Delivering a great customer experience is the key that unlocks growth and profitability. Businesses in every industry – from airlines to IT service companies—succeed or fail based on one element: the customer’s experience. Thomas A. Stewart and Patricia O’Connell, leading customer experience experts and authors of the best-selling book “Woo, Wow and Win: Service Design, Strategy and the Art of Customer Delight” (HarperCollins, November 2016), say that great experience is no accident. It needs to be designed into the very fabric of a company, not slapped on as an afterthought.

Reaching this stage depends on a provider’s ability to design and deliver the experience they want customers to have, and to make it reliable, repeatable, scalable and profitable.  Companies must relentlessly find and fix the pain points customers encounter and, with equal energy, amplify the interactions that make customers glad—turning “Ows!” to “Ahhs!” and converting buyers into evangelists.

The omni-channel world and the move to digitization present a new set of challenges. Businesses must deliver a customer experience that is coherent and consistent with their value proposition, regardless of where or how it is being delivered. Stewart and O’Connell help companies apply the principles of service design to deliver empathetic, personalized experiences that delight customers while advancing their own strategic goals.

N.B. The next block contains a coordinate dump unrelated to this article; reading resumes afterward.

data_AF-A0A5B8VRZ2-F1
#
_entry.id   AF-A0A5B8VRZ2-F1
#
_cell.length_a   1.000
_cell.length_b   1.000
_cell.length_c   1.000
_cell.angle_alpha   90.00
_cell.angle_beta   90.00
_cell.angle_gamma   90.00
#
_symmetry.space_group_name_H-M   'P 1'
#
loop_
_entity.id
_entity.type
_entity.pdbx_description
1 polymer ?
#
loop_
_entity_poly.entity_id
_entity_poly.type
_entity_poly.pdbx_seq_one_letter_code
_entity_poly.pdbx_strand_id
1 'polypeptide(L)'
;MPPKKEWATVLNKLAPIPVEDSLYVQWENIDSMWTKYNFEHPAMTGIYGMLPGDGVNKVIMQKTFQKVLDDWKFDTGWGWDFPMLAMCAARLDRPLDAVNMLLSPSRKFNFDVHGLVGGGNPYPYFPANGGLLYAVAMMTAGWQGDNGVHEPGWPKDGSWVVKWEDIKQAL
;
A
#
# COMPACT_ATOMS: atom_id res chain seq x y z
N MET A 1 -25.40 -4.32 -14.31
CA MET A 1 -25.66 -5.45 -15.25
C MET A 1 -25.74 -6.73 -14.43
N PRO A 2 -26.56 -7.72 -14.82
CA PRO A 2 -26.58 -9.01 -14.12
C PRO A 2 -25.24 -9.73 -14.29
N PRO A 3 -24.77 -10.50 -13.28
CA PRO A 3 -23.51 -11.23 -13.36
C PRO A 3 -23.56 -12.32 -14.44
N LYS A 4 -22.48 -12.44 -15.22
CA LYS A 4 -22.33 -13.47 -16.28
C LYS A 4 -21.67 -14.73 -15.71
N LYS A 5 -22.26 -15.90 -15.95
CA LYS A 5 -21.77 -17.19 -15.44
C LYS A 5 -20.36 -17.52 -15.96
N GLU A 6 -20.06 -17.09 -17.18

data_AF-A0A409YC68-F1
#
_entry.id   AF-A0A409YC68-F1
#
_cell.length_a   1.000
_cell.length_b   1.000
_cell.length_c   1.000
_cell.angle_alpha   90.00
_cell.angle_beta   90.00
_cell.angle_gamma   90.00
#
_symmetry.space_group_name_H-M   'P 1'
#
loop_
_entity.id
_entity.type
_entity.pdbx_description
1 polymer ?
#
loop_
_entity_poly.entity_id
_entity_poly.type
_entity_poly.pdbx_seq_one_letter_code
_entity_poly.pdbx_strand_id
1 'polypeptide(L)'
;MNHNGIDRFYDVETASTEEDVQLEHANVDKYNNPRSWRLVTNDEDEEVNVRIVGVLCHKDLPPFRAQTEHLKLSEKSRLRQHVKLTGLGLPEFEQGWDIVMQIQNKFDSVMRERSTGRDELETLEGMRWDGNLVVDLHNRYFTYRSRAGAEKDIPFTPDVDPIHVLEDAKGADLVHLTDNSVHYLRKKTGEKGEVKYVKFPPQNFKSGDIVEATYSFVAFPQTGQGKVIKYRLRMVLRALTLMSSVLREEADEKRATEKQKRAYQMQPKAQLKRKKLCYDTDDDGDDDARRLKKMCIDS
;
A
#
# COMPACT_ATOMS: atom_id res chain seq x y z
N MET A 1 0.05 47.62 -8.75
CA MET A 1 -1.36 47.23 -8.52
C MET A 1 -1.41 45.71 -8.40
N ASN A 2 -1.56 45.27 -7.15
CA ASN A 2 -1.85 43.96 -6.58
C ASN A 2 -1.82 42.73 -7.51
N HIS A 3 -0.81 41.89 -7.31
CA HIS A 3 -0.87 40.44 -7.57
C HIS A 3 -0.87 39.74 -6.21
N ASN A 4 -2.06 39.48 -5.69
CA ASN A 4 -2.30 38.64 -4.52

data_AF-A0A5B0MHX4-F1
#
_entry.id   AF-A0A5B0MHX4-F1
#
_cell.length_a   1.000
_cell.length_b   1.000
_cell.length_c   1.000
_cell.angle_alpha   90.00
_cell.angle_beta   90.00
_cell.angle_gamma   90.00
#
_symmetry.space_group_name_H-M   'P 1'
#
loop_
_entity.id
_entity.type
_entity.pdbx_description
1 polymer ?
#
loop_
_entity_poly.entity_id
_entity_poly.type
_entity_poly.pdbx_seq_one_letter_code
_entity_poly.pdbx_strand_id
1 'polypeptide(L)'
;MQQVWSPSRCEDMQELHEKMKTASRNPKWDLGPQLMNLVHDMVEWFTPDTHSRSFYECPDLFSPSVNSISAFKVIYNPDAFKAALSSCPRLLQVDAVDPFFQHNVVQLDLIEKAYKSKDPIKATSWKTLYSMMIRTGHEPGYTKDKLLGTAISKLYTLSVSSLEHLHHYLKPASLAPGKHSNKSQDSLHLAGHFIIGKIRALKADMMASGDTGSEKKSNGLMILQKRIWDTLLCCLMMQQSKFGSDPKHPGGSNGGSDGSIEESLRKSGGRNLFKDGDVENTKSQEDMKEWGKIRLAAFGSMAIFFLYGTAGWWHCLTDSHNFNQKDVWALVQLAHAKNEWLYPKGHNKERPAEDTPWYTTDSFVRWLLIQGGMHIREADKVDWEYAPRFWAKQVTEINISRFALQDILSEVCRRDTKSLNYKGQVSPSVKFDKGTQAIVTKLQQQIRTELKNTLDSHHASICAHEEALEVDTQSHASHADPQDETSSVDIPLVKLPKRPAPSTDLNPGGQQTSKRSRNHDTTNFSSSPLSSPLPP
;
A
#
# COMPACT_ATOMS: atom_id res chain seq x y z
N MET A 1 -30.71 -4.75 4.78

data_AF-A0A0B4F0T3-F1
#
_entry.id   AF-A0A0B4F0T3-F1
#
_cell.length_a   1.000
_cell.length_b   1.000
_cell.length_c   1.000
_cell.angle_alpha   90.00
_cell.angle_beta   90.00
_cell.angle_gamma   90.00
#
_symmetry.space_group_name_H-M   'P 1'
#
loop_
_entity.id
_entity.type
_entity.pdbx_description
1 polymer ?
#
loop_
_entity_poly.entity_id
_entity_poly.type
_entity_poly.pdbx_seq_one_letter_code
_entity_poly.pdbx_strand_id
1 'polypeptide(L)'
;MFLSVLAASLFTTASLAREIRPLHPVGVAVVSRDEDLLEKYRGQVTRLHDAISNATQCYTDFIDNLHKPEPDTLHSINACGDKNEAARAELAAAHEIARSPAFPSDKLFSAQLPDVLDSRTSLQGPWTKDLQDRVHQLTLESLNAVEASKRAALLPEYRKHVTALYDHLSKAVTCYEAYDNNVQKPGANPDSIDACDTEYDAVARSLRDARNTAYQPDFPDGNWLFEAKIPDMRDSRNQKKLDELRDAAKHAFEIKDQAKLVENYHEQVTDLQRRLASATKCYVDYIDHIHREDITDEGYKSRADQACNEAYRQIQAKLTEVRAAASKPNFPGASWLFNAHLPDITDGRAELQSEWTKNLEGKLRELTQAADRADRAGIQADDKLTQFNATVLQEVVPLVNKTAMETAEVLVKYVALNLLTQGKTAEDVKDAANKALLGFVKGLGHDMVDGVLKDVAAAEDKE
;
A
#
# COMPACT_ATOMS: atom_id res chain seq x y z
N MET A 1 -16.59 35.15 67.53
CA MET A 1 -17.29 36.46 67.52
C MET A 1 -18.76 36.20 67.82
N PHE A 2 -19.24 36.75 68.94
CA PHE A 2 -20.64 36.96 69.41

As retailers struggle to make sense of an increasingly digital world that is about both fragmentation and consolidation, they could do worse than study IKEA’s playbook.Click To Tweet

In a February 2018 blog, Stewart and O’Connell pointed to the late Ingvar Kamprad, founder of IKEA, as an example of how to digitally adapt an existing business model. IKEA, they wrote, was a quintessential experience-focused company. IKEA’s Ahh moment was in the collective experience of the store: how “rooms” were displayed so people could imagine living in them; how childcare and food options showed empathy for shoppers’ needs. So, IKEA replicated digitally what made its brand so strong in person. “Its web pages…echo the stores,” Stewart and O’Connell write. “Websites offer ‘Click and Collect’ locations where customers can pick up what they’ve ordered.” Recognizing that some people find the DIY part of IKEA daunting, the retailer partnered with the digital platform TaskRabbit to connect buyers with furniture-assembling handymen. This empathetic intersection of convenience, reliability and helpfulness allows IKEA to provide a positive experience that forges customer loyalty.

In its digital capabilities, IKEA provides a different Ahh moment, but the experience remains the same. Stewart and O’Connell help companies from a variety of industries find their own way to translate the personality and predictability of their services to the nature of the digital economy.